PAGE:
Synthesis of 3,6-Bis(5-(4-(diphenylamino)phenyl)-2- thienyl)-1,4-diphenylpyrrolo[3,2-b]pyrrole-2,5-dione (8) : Ester 2 (33.23 mmol) and 1 M NaN(SiMe 3 ) 2 (144 mmol) was dissolved in THF (30 mL) at room temperature under argon. After stirring for 1 h, the reaction mixture was cooled to −78 ℃ and a THF solution (30 mL) of the compound 6 (15.75 mmol) was slowly added. After stirring for 48 h at room temperature, aqueous solution of NH 4 Cl (5 M, 250 mL) and ethyl acetate (400 mL) were added. The organic layer was washed with 3 × 200 mL of water and concentrated under reduced pressure. The residue was purified by flash column chromatography to give compound 8 as a red solid. mp 300 ℃; 1 H NMR (300 MHz, CDCl 3 ) 𝛿 5.95 (d, 2H, J = 4.1 Hz), 𝛿 6.71 (d, 2H, J = 3.8 Hz), 𝛿 7.30-7.32 (m, 4H), 𝛿 7.45-7.48 (m, 6H); 13 C NMR not obtained due to the low solubility; HRMS (EI + , m / z ) calcd for C 26 H 14 Br 2 N 2 O 2 S 2 607.8863, measured 607.8865.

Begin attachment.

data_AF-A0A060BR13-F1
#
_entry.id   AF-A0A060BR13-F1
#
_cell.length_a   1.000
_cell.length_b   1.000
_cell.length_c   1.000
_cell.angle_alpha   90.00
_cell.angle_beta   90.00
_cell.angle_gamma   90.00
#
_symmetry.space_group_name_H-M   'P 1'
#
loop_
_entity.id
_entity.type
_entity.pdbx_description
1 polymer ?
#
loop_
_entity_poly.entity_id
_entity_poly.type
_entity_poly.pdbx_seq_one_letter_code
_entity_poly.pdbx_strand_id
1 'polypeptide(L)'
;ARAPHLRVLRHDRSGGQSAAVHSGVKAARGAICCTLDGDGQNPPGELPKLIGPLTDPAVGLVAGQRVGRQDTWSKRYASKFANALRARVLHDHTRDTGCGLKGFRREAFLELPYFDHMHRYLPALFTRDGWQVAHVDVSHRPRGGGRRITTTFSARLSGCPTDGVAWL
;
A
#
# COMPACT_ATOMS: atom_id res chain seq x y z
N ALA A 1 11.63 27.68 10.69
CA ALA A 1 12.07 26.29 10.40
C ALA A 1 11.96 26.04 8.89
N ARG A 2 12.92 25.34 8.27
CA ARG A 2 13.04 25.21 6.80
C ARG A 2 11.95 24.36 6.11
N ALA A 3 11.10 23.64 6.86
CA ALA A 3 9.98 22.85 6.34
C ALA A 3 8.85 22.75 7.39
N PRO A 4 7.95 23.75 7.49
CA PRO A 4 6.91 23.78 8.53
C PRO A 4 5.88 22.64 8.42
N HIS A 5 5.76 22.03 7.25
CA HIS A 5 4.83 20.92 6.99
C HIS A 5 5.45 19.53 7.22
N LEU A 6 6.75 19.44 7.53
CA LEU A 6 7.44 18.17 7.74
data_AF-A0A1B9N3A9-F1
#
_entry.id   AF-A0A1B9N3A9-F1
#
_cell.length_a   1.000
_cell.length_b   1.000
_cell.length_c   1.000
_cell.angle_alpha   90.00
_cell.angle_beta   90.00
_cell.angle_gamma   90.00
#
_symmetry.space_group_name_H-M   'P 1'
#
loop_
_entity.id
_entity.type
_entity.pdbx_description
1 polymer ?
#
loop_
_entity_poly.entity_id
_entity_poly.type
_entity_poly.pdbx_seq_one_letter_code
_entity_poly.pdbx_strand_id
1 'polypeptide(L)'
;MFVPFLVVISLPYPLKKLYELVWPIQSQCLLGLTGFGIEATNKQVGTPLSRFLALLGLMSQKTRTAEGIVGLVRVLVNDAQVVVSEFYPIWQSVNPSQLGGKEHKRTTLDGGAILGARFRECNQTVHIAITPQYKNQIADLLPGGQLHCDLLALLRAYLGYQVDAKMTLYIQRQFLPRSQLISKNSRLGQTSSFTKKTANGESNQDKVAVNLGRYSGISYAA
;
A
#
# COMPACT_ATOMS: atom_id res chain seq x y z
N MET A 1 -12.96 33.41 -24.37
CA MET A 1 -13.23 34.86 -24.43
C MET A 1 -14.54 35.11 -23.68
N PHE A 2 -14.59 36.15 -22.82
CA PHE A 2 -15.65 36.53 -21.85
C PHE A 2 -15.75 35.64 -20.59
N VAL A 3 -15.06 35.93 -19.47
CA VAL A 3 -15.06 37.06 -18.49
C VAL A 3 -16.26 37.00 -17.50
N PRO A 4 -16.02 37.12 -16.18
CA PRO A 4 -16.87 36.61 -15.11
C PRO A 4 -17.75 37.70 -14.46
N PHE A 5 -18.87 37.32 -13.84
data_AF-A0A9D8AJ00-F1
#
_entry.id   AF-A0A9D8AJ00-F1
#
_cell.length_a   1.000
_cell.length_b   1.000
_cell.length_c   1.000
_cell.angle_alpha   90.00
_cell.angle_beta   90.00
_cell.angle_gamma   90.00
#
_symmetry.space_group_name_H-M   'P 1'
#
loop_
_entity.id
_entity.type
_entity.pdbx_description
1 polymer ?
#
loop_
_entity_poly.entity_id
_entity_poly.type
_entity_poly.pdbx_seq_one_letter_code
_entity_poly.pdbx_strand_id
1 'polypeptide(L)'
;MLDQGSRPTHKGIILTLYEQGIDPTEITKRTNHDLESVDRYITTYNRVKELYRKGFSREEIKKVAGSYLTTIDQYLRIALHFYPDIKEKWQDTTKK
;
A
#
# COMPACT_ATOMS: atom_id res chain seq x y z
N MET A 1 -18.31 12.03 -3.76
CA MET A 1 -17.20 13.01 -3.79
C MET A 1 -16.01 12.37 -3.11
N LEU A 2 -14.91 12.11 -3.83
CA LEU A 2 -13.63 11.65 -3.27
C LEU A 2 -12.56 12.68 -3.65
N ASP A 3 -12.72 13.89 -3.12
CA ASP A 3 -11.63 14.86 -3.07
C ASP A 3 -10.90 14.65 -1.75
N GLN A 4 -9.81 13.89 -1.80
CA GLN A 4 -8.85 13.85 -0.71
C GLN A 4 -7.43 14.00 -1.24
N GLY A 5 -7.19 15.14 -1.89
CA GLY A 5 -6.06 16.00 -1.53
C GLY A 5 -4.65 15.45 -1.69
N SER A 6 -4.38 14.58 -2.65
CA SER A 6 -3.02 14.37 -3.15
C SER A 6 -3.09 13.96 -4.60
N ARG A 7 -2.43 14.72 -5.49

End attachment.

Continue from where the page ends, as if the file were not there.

Synthesis of 3,6-Bis(5-(4-(diphenylamino)phenyl)-2-thienyl)- 1,4-bis(4-methylphenyl)pyrrolo[3,2-b]pyrrole-2,5-dione (9) : Ester 2 (23.12 mmol) and 1 M NaN(SiMe 3 ) 2 (98 mmol) was dissolved in THF (30 mL) at room temperature under argon. After stirring for 1 h, the reaction mixture was cooled to −78 ℃ and a THF solution (30 mL) of the compound 7 (10.56 mmol) was slowly added. After stirring for 48 h at room temperature, aqueous solution of NH 4 Cl (5 M, 250 mL) and ethyl acetate (400 mL) were added. The organic layer was washed with 3 × 200 mL of water and concentrated under reduced pressure. The residue was purified by flash column chromatography to give compound 9 as a red solid. mp 300 ℃; 1 H NMR (300 MHz, CDCl 3 ) 𝛿 2.44 (s, 6H), 5.99 (d, 2H, J = 4.1 Hz), 6.72 (d, 2H, J = 4.1 Hz), 𝛿 7.18 (d, 4H, J = 8.5 Hz), 𝛿 7.26 (d, 4H, J = 6.3 Hz); 13 C NMR (500 MHz, CDCl 3 ) 𝛿 21.25, 100.18, 109.99, 110.00, 116.33, 126.97, 129.44, 129.79, 129.88, 130.75, 131.16, 138.78, 142.22, 170.04; HRMS (FAB, m / z ) calcd for C 28 H 19 Br 2 N 2 O 2 S 2 636.9255, measured 636.9255.